Responsive Authoritarianism in Chinese Media and other Authoritarian Contexts
In most liberal democracies commercialized and new media are taken for granted, but in most authoritarian states the introduction of advertising and new media represented a radical break from the past. What are the effects of these trends for the continuation of authoritarian rule? The answers emerging in my research on China explain why scholarship about the consequences of media marketization in China and other authoritarian states has come to these two opposing conclusions, one emphasizing liberalization, the other control. Media marketization in authoritarian states contains both elements and leads to different outcomes, depending on whether the state can maintain the delicate balance between liberalization and control.
To show that liberalization and control are two sides of the same coin I draw on a new approach to state-society relations emerging in the study of China. Responsive authoritarianism is concerned with the rise of input institutions in authoritarian states, such as elections, deliberative meetings, protests, social organizations, the Internet and market-based media. These “input institutions” open up social space that creates tension between the provision of societal feedback and the threat of social disorder and authoritarian collapse. While the discussion on input institutions in Comparative Politics more broadly has focused on how authoritarian leaders react to citizens as citizens provide feedback through input institutions, the discussion on China emphasizes the dynamic interplay between institutions that provide feedback and institutions that implement control in order to understand the consequences of these dynamics for the continuation of authoritarian rule.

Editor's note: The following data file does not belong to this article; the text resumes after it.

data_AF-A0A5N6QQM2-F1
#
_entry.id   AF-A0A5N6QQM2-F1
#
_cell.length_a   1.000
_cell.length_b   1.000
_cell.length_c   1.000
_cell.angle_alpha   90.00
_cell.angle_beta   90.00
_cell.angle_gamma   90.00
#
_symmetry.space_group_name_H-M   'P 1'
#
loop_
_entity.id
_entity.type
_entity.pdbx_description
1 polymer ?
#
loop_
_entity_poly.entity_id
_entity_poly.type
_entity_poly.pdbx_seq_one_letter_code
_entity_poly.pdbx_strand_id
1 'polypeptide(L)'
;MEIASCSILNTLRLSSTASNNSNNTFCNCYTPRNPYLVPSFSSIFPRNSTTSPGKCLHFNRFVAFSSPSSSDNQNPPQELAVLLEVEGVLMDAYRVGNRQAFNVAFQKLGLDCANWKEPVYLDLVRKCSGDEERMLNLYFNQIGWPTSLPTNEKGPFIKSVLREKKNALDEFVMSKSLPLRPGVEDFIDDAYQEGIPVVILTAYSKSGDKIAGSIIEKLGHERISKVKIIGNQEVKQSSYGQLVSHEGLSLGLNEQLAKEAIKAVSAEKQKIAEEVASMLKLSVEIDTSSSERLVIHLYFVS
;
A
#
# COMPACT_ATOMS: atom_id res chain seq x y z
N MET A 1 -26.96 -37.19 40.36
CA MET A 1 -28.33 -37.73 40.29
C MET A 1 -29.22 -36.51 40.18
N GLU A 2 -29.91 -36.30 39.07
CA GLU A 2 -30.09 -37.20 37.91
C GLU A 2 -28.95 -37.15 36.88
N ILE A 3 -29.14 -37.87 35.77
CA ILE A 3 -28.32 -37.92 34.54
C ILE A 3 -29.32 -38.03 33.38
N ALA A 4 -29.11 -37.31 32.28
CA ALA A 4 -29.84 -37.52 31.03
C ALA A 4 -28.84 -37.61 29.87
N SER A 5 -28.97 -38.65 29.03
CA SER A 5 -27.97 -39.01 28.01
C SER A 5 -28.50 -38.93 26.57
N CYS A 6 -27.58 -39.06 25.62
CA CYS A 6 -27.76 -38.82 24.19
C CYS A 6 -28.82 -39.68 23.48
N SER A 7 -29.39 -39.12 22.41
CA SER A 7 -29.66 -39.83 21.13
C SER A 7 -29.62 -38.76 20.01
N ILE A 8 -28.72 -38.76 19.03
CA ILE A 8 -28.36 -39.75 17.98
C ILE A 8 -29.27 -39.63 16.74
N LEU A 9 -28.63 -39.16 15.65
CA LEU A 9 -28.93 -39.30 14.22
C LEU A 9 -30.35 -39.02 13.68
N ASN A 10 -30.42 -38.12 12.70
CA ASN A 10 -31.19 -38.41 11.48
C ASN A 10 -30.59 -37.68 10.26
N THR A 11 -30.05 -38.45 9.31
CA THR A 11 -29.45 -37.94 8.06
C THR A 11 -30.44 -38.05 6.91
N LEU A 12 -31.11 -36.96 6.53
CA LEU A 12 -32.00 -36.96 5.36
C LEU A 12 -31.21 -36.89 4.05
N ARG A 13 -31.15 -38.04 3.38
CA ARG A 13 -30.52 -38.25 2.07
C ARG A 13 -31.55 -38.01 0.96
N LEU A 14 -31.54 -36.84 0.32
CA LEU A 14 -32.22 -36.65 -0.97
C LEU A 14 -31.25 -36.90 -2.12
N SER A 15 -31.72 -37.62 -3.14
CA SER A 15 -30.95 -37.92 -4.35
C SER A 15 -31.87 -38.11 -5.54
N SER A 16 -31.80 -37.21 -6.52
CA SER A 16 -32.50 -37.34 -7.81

To explore these dynamics in authoritarian media I am publishing from two projects, both place China within a broader comparative context, including the Middle East, North Africa, sub-Saharan Africa and the post-Soviet region:
The first project builds on over ten years of research on the impact of market factors in authoritarian media on the production of news and public opinion. “Media Commercialization and Authoritarian Rule in China” has won the 2015 Goldsmith Book Prize of the Shorenstein Center at Harvard University. You can look inside my book or view a prezi. See also China Quarterly (2010), Comparative Political Studies (2011), Chinese Journal of Communication (2009).
The second project, entitled “Authoritarianism2.0,” shifts focus away from the market towards new media. What it is about social media that mobilizes people to act, and what kind of social media, such as Facebook or Twitter, are more influential than others? The European Research Council has provided me with a Starting Grant of 1.5 Mio € to investigate this question further in the context of China. You can read more about this five-year project at www.chinainternetsurvey.net. See also Problems of Post-Communism (2017).
The Return of the Nation-State in Digital Governance